Based upon public domain text from The Yonge Street Riot poster from The Missing Plaque Project...

The Yonge Street Riot

The Yonge Street Riot poster from The Missing Plaque Project. A crowd rampaged along Yonge Street, breaking windows, looting stores, and throwing debris at police. On May 4th 1992, the anger of many blacks had finally exploded. This was a response to racism, more specifically, police racism, they asserted.

The Yonge Street Riot started with a rally, organized by the Black Action Defence Committee in protest of the acquittal of four white police officers video taped beating Rodney King, a black man in Los Angeles. Two days earlier, another reason for taking to the streets emerged. A white, plain clothed police officer, in Toronto, shot and killed a 22 year old black man, who police alleged was dealing crack. At the protest, speakers reminded the crowd that the victim, Raymond Constantine Lawrence, was the 14th black man shot by the Toronto police Service since 1978, (an average of one a year), and the 4th to die.

The crowd of about 1,000 people was full of anger. They marched from the US consulate to Yonge and Bloor, where they sat down to block traffic for 45 minutes. The protestors became more unruly as they marched down Yonge Street to City Hall. Thirty protestors approached the doors of the Old City Hall Courthouse and shattered the glass doors, before rejoining the rest of the crowd in ['Nathan Phillips Square"]. At City Hall protestors hoped to speak with politicians, instead a line of police blocked their access. Soon chunks of concrete, rocks, cans, and horse manure rained down on both police and the building.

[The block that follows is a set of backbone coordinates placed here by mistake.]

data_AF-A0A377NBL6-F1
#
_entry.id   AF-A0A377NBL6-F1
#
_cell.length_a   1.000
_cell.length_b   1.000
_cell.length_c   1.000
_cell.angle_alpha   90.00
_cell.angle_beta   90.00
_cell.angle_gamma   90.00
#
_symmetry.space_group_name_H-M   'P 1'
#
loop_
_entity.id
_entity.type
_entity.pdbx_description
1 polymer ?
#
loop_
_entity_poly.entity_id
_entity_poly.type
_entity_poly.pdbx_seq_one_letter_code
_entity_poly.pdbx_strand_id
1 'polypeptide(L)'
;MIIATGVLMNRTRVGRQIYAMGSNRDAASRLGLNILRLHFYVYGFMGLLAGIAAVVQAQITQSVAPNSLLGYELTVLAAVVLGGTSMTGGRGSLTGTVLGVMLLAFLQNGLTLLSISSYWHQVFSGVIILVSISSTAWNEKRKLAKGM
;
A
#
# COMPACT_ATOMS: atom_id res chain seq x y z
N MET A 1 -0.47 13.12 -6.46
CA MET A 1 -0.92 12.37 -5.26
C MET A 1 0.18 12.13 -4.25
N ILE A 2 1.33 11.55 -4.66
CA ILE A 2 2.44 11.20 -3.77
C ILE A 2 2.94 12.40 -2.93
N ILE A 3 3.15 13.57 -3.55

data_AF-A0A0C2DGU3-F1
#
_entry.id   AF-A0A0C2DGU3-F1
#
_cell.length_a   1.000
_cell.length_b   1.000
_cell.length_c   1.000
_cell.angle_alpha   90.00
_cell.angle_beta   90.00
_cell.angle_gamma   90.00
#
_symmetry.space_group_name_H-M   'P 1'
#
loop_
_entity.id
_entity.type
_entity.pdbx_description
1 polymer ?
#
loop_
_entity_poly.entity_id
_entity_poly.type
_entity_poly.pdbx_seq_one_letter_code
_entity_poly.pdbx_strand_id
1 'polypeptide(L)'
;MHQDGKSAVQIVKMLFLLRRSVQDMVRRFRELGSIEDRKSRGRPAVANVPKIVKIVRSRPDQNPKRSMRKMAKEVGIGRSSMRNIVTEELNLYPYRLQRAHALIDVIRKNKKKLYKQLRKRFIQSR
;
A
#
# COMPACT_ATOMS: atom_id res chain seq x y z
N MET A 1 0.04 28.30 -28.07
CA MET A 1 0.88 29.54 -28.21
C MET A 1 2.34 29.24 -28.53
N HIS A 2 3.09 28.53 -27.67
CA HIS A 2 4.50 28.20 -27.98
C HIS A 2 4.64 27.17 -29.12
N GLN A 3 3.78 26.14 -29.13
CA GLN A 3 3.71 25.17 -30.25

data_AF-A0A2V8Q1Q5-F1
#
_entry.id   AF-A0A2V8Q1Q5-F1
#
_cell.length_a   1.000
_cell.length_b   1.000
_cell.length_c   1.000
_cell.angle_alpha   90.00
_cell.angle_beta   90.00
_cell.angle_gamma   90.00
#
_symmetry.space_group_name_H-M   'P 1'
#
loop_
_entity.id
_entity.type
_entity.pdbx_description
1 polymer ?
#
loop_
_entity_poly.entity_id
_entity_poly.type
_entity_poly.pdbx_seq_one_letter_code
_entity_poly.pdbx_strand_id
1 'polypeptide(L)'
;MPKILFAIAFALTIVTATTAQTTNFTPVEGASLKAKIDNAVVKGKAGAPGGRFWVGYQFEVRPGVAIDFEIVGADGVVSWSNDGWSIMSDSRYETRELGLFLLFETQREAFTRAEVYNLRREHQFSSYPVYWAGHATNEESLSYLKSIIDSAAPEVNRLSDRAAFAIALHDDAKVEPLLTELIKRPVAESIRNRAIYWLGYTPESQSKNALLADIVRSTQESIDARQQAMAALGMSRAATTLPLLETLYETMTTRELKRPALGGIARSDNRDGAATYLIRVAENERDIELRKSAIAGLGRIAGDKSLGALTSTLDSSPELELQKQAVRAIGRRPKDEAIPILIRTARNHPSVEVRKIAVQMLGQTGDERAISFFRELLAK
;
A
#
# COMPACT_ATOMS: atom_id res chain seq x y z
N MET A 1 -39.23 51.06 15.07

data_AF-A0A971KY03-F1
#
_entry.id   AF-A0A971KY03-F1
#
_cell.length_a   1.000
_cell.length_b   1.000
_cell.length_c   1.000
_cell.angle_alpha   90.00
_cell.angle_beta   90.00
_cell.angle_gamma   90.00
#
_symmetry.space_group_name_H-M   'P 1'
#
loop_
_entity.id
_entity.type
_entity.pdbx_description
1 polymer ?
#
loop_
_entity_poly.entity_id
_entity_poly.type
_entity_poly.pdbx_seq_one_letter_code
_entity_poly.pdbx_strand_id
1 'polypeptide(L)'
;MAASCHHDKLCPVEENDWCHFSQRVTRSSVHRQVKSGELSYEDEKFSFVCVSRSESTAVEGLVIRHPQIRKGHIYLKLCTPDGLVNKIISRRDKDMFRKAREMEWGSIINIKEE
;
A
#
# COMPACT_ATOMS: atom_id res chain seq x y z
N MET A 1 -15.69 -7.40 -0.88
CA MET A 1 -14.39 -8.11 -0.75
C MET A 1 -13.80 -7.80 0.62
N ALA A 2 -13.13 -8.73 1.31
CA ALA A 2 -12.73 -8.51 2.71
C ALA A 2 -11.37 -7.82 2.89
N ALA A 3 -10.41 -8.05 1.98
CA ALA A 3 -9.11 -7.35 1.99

When the crowd stormed back up Yonge Street police were notably absent. The rioting soon began; Hotdog carts were over turned, cars were vandalized, and store windows were broken, leaving the streets covered with glass. Some stores were looted for cigarettes, clothes or electronics. Near Bloor Street a pile of bricks was found, and used to smash windows such as those of Holt Renfrew.

It was getting dark by the time the police had finally mobilized - an hour and a half after the crowd began rampaging up Yonge Street. A line of cops blocked the crowd as they headed south down Bay Street. After a series of clashes the crowd retuned north to Bloor Street, followed by the police. At this point organizers negotiated with police to reopen the subways and allow people to leave, the size of the crowd shrank. At 10 pm the remaining crowd of about 300, had gathered in a parking lot. When police charged the crowd swinging billy clubs at the demonstrators, the crowd finally dispersed.

Many politicians condemned the rioting, but they were forced to acknowledge and in some cases respond to the racism that had sparked the event. Premier Bob Rae claimed that the root of the riot was not racism but rather Hooliganism. None the less he commissioned a report from Stephen Lewis which found racism was pervasive throughout Ontario, and Rae accepted some of the reports recommendations by changing government policy.

“All those broken windows can be replaced with insurance money,” said one of the rioters “the black people who were killed cannot be replaced”.


  • Report on Race Relations; By Stephen Lewis, June 9th 1992.
  • BLACK AND ANGRY; By Paul Kaihla and Ross Laver, From Macleans Magazine May 18th 1992.
  • Anatomy of a Riot; by James Deacon, from Macleans Magazine May 18th 1992.
  • In conversation with Gaetan Heroux. Metro police, mob clash on Yonge St; by Andrew Duffy in the Toronto Star Tuesday May 5th 1992.
  • Hooligans to blame, not racism Rae says; by Matt Maychak Toroto star May 6 1992.